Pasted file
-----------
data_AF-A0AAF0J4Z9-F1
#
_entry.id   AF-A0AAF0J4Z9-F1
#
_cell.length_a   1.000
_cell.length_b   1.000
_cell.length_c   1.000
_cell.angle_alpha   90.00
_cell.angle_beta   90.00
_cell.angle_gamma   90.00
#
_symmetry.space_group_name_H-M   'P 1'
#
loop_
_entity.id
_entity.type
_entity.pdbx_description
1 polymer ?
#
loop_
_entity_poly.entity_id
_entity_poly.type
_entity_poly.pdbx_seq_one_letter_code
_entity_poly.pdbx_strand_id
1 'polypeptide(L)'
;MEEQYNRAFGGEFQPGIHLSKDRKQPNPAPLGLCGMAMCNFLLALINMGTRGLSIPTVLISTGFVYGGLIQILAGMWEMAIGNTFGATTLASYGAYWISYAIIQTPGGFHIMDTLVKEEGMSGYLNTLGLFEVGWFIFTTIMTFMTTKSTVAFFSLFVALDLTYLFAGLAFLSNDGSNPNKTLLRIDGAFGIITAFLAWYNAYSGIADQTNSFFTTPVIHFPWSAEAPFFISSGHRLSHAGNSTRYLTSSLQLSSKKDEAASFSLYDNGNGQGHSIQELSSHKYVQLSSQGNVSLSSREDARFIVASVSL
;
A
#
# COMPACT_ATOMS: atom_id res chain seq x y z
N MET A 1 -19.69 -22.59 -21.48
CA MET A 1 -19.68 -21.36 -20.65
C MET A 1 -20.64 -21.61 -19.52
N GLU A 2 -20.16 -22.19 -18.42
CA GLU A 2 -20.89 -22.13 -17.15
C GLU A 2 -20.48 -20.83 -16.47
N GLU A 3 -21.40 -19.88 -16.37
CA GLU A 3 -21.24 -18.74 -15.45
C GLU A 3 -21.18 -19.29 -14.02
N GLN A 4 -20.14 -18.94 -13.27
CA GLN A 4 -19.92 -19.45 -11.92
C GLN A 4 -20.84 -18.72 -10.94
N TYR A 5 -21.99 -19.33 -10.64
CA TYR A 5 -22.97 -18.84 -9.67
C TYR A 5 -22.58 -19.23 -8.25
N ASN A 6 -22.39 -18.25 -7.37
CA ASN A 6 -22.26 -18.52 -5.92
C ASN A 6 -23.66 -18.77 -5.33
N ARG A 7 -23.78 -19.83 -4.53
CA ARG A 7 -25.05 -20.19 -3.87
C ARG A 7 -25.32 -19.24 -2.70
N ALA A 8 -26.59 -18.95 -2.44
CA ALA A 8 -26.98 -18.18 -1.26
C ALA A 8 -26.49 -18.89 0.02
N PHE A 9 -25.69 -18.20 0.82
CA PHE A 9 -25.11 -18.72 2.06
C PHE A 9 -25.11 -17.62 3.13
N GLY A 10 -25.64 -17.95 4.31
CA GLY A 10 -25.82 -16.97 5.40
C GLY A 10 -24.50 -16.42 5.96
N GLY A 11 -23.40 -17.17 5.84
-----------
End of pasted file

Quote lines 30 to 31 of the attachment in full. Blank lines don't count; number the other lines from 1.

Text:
# COMPACT_ATOMS: atom_id res chain seq x y z
N MET A 1 -19.69 -22.59 -21.48